Safiya Noble, 51, digital media scholar

    “Highlighting the ways digital technologies and internet architectures magnify racism, sexism, and harmful stereotypes.”

    J. Taylor Perron, 44, geomorphologist

    “Deconstructing the physical processes that create landforms on Earth and other planetary bodies.”

    Alex Rivera, 48, filmmaker and media artist

    “Exploring issues around migration to the United States and exploitative labor
    practices with an activist orientation.”

    …………..

    • Replies: @Steve Sailer
  63. Art Deco says:

    That was my January 2003 article “Cousin Marriage Conundrum” that predicted the failure of Bush’s nation-building war in Iraq due to Iraq’s little known high rates of cousin marriage exacerbating its clannishness.

    Your complaint was cribbed from general-interest pieces by Stanley Kurtz.

    Iraq is not at war with any of its neighbors (it launched two wars during the period running from 1979 to 2003) and the number of civilian deaths from internal political violence is currently running at about 720 per year (or 1.8 per 100,000; for scale, the rate in Ulster during the period running from 1977 to 1999 was 2.3 per 100,000). What criteria are you using to define success or failure?

    • Troll: Bumpkin
  64. Bumpkin says:

    Heh, this Guardian twat is a Deep Springs alumni (pdf), looks like that rough education didn’t take as the founder hoped and he has returned to the life of Woke “privilege” he came from.

    Honestly, who cares about the latest round of the Woke circle jerks, er, I mean, firing squads? Nothing they’re fighting about matters, as the positions and institutions they’re all squabbling over are being destroyed as we speak, whether by substack or a host of new online ventures. If anyone thinks the Guardian or Harvard will be a going concern by 2050, I’ve got a bridge to sell you.

  65. @epebble

    MacArthur always manages to give at least one Genius Grant to a nonpolitical white guy who really is a genius:

    “J. Taylor Perron is Professor of Earth, Atmospheric and Planetary Sciences at MIT. He is best known for his work on how rivers shape landscapes on Earth and other planets. He holds an AB in Earth and Planetary Sciences and Archaeology from Harvard University and a PhD in Earth and Planetary Science from the University of California, Berkeley”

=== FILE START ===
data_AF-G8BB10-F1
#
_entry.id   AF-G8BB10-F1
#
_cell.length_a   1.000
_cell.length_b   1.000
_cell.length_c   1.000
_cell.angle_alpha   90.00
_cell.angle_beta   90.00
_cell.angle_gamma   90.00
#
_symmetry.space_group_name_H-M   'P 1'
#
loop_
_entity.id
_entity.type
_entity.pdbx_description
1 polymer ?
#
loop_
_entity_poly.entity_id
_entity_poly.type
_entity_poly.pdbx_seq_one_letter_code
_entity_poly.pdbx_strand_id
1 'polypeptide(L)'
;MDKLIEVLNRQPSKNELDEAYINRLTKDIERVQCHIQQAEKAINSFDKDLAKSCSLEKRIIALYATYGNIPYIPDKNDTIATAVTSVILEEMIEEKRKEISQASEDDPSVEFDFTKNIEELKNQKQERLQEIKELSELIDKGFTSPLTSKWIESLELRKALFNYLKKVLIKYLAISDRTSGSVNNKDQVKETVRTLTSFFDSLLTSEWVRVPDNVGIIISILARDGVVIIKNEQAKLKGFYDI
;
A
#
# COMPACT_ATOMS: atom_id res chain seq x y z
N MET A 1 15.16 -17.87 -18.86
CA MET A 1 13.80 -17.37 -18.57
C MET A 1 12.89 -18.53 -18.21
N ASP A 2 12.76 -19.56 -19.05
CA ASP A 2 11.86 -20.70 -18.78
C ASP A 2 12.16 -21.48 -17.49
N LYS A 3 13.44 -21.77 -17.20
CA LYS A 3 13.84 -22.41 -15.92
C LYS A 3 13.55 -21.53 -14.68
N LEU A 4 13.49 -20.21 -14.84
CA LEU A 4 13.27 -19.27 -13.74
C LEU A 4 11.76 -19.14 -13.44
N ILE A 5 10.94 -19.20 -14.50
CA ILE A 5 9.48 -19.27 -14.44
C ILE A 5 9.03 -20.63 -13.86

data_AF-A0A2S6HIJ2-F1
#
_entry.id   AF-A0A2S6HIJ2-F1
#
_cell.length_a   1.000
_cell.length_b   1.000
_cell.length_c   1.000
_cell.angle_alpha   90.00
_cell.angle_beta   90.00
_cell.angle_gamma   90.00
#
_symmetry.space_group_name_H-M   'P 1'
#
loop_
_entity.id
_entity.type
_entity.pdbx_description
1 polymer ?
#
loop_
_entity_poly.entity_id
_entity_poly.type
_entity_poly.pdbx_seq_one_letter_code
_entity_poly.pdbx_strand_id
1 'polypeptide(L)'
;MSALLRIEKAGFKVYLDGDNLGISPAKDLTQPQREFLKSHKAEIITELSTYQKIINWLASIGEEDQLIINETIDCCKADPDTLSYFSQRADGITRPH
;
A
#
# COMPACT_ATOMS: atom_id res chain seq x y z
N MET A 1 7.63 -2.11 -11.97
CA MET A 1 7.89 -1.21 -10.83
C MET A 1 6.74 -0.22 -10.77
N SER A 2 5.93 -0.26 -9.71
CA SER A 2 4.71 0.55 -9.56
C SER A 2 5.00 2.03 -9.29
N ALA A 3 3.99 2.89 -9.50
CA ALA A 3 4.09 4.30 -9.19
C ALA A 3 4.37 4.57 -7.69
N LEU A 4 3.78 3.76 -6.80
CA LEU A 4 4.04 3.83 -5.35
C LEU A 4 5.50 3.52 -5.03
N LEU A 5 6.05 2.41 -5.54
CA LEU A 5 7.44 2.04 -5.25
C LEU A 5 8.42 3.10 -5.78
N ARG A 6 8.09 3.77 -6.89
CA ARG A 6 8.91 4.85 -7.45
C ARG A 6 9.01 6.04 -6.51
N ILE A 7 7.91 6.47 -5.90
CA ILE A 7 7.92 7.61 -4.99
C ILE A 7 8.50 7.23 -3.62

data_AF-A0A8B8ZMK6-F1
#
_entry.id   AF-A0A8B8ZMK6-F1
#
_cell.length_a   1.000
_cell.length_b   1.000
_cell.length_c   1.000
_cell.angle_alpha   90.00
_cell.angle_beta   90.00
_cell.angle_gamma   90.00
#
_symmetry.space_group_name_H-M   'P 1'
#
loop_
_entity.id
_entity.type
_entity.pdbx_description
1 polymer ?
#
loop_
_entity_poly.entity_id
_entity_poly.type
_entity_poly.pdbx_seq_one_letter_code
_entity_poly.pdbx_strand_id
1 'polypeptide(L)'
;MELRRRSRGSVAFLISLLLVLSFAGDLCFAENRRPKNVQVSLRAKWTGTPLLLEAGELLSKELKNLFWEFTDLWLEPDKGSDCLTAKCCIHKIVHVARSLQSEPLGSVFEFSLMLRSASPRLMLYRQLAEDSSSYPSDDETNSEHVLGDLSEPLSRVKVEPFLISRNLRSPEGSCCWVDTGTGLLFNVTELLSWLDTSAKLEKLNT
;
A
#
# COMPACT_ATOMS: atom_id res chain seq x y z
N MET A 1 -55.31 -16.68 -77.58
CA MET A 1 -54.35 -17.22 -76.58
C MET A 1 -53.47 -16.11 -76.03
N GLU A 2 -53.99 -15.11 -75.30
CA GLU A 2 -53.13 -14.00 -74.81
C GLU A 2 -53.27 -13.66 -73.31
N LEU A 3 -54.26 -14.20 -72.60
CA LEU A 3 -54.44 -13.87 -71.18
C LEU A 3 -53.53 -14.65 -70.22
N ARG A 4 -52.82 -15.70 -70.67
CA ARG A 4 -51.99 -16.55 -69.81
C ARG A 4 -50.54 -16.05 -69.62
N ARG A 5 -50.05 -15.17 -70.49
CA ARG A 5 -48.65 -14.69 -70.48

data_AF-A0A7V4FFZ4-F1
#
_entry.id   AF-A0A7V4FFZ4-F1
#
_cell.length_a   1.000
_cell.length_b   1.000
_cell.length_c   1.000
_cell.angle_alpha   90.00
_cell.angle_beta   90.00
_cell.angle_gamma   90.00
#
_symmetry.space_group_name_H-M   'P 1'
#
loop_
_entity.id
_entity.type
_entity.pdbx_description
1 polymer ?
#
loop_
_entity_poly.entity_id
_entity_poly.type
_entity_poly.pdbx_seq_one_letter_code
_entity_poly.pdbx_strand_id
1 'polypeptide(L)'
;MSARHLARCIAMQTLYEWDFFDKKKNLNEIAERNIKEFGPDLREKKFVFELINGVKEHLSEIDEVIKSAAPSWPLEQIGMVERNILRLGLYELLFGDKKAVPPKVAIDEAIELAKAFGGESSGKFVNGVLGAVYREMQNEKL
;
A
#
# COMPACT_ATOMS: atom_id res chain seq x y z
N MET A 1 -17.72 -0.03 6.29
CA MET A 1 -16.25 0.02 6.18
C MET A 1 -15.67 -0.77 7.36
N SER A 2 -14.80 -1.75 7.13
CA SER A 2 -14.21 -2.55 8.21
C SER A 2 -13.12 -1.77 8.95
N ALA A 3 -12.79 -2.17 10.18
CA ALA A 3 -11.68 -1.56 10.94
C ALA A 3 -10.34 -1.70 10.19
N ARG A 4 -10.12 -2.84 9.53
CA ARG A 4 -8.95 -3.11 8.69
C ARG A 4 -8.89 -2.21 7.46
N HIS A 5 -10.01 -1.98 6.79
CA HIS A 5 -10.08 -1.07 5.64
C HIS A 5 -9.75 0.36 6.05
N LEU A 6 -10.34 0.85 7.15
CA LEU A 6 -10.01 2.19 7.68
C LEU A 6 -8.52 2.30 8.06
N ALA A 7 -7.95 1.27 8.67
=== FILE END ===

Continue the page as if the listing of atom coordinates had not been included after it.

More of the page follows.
https://taylorperron.org/about-taylor/

    • Replies: @Anonymous
  66. @John Johnson

    How did Patrick Mahomes and Russell Wilson work out?

  67. Well, at least you’re on a track to an ending happier than Epstein’s.

    BTW, has Gladwell ever opined on World War Hair?

  68. @dearieme

    I saw somewhere that Pinker cited Climate Science/Global Warming as a topic where The Science is settled and the sceptics are madmen. So on that topic, if no other, he’s completely deluded.

    Here the details count. – – – Quote would be nice.

  69. Newsflash: Jeffrey Epstein isn’t dead after all. He ran off to Israel and joined the army.

    • Replies: @2BR
  70. @Known Fact

    The Cuck is strong in this one.

    Glad you get so much enjoyment following college football, which is played by, run by and sponsored by people who hate you and want your people brought to their knees.

    No wonder the other side is winning so easily.

    • LOL: RichardTaylor
    • Replies: @Known Fact
  71. @Jack Armstrong

    So “non-traditional casting,” in which, for example, a black actor or actress is hired to play the part of a white person, is right out? Shouldn’t Miss Two Cents Plain take her own logic to its inexorable conclusion: that whites should play whites, blacks should play blacks, etc.? Or is this just another one of those “well, this is different” moments?

    What about casting Whoopi Goldberg as Joan Rivers? (And don’t say, “that’s ridiculous.” Are you some kind of racist, determined to keep a proud black woman from portraying a fellow comedienne? She may not be Jewish, but she took a good Jewish name — one that other blacks fall back on when they can’t make that month’s rent, and need someone to blame.)

    The first requirement in casting an actress to play Joan Rivers is that the thespienne in question should be funny. Everything else can be up for grabs, but the woman must be a skilled comic actress. Otherwise, she can come straight from the mikvah, and it will still be a giant waste of time unless she can make people laugh. All in all, Kathryn Hahn’s not a bad choice.

    One more thing: Sarah Silverman used to be cute when she got angry. Now — not so much. (I’m guessing she wasn’t even asked to audition for the role of Joan.)

  72. @ABCDE

    Yes. Journalists ask you to explain why you’ve been ‘associated with’ various people, out of the thousands you’ve interacted with over the decades, who’ve done something wrong.”

    Steven Pinker could have squeezed in a supposedly here before done something wrong.

    • Agree: 2BR
  73. Not buying it. Haven’t heard word one from Steve decrying the lack of golf on Little St. James.